May 5, 2011
The restaurant sourcing its ingredients from the local woods.
In culinary terms, the key development of the 20th century was the triumph of time over space. Refrigeration and then airfreight made it possible to ship fresh food across the planet, liberating chefs from the straitjacket of the seasons. But it didn't take long to catch up on us: the carbon required was never going to be sustainable and isn't there something strange about eating blueberries in December? It's a sentiment that's chimed with a new generation of chefs, chief among them James Golding, once of J Sheekey and Le Caprice and now head of kitchen at The Pig in Brockenhurst, Hampshire where he's installed a radical food policy: 80 per cent of ingredients to be sourced within 25 miles, with everything possible grown in the garden or foraged from the surrounding New Forest.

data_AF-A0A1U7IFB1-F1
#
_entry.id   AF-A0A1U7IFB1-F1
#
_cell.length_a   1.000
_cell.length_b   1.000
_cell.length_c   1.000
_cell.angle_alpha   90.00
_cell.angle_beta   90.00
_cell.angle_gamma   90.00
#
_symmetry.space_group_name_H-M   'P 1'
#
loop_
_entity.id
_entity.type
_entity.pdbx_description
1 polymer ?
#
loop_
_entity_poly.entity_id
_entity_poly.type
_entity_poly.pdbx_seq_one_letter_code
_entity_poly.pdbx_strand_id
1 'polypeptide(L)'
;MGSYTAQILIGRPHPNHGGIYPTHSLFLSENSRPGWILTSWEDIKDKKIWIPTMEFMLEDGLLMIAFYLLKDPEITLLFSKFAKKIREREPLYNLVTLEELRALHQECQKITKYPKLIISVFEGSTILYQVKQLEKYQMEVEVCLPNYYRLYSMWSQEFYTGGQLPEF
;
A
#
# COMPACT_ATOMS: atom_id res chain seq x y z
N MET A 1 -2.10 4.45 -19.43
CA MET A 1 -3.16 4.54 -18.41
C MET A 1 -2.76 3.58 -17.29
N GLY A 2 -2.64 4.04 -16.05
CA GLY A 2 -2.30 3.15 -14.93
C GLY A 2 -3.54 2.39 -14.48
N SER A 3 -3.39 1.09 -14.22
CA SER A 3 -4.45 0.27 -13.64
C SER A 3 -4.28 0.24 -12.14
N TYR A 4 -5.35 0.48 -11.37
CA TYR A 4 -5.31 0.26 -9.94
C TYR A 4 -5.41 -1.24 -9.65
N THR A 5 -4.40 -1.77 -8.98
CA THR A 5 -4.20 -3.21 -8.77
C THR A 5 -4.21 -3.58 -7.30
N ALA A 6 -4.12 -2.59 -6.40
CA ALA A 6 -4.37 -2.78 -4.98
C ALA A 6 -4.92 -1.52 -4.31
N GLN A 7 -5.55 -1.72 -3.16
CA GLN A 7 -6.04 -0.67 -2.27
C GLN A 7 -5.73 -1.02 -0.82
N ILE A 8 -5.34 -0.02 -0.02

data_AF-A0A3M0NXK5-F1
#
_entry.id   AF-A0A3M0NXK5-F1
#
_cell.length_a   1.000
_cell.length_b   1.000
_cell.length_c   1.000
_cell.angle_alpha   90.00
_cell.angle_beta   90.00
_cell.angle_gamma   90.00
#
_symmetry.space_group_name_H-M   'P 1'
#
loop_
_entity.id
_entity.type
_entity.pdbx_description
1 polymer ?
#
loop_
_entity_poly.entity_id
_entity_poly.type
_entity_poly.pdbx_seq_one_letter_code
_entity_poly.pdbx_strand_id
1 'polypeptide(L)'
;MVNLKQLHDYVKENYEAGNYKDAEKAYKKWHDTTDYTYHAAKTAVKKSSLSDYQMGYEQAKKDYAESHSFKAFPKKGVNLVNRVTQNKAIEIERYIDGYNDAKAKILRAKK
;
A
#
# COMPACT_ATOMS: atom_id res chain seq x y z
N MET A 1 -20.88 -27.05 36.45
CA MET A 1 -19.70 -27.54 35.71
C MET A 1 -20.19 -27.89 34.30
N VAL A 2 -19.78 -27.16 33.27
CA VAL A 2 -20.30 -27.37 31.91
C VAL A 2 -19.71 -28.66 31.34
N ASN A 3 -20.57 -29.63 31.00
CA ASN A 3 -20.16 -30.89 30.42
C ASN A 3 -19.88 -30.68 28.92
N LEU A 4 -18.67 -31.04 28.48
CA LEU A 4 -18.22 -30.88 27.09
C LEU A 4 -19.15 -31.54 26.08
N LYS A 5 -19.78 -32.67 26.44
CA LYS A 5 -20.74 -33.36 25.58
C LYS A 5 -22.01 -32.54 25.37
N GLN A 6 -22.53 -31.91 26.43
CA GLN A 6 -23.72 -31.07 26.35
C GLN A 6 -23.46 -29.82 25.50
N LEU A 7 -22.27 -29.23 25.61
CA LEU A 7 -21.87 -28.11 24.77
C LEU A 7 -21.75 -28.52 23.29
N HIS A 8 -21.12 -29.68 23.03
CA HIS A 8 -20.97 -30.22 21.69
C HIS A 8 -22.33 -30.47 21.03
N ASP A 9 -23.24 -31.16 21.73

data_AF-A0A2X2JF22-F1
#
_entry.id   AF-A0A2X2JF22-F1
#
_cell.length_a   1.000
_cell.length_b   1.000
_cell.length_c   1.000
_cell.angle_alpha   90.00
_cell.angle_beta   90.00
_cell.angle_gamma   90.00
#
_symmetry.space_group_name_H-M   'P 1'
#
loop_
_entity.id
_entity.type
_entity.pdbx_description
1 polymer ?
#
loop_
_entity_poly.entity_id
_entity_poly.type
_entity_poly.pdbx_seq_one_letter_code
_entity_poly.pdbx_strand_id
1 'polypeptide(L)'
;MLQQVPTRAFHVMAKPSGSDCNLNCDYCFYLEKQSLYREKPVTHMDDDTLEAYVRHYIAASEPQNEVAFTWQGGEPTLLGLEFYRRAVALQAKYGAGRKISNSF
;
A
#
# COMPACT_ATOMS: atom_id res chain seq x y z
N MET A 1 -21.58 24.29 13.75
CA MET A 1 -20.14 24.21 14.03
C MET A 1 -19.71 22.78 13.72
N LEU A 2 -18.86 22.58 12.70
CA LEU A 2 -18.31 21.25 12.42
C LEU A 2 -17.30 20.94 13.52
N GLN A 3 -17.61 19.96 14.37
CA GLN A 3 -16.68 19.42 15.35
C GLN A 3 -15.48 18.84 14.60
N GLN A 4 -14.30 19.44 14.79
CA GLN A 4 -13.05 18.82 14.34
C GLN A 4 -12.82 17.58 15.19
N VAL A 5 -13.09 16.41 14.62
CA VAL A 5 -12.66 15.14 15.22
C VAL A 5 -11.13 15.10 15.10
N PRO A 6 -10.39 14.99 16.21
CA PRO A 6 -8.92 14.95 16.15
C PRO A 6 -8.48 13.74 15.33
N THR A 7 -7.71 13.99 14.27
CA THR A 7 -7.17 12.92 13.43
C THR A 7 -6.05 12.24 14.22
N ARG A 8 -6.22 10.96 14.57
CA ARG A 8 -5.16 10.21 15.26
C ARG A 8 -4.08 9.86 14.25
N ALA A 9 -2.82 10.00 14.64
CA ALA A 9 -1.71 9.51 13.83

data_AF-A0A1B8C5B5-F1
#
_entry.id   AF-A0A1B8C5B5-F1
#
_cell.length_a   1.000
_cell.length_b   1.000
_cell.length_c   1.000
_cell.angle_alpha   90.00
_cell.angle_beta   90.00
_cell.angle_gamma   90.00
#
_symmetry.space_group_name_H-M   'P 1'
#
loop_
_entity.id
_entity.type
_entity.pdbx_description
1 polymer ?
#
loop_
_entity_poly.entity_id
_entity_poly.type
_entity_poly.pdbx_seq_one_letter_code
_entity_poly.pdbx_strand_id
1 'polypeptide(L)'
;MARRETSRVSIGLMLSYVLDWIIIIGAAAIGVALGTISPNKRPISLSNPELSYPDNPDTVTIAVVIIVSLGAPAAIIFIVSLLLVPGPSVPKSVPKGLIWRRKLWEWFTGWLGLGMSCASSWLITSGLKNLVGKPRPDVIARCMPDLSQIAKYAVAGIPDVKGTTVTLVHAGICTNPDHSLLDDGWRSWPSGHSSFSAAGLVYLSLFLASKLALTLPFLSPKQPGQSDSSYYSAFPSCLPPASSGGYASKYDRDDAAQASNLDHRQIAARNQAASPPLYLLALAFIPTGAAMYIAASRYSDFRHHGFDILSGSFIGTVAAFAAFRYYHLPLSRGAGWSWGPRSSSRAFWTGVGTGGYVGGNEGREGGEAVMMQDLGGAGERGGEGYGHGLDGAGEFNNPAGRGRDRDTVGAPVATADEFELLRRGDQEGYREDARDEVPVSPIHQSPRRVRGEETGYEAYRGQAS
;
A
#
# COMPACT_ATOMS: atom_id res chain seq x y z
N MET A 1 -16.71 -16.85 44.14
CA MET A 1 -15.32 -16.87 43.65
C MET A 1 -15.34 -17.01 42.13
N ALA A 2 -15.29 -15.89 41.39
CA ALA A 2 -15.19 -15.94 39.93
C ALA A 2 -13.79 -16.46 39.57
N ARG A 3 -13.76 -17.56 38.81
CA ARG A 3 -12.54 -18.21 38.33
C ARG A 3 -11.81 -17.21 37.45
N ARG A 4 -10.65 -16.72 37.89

Before I eat, he takes me through the fruits of recent expeditions: mushrooms, a bottle of perry made from found pears, their own chorizo. When I get to the table, the real treats begin: Scotch eggs and smoked sausages from the home-reared Tamworth. After that come medallions of wood pigeon, then poached pears. When he can't grow it or find it, James relies on high-quality food producers from the immediate environs: our honey had travelled eleven miles, my black pudding only nine. The sea's purslane on my pasta had been picked, that morning, from the beach. It was on my plate only hours later. In terms of culinary innovations, this is surely the real triumph of speed.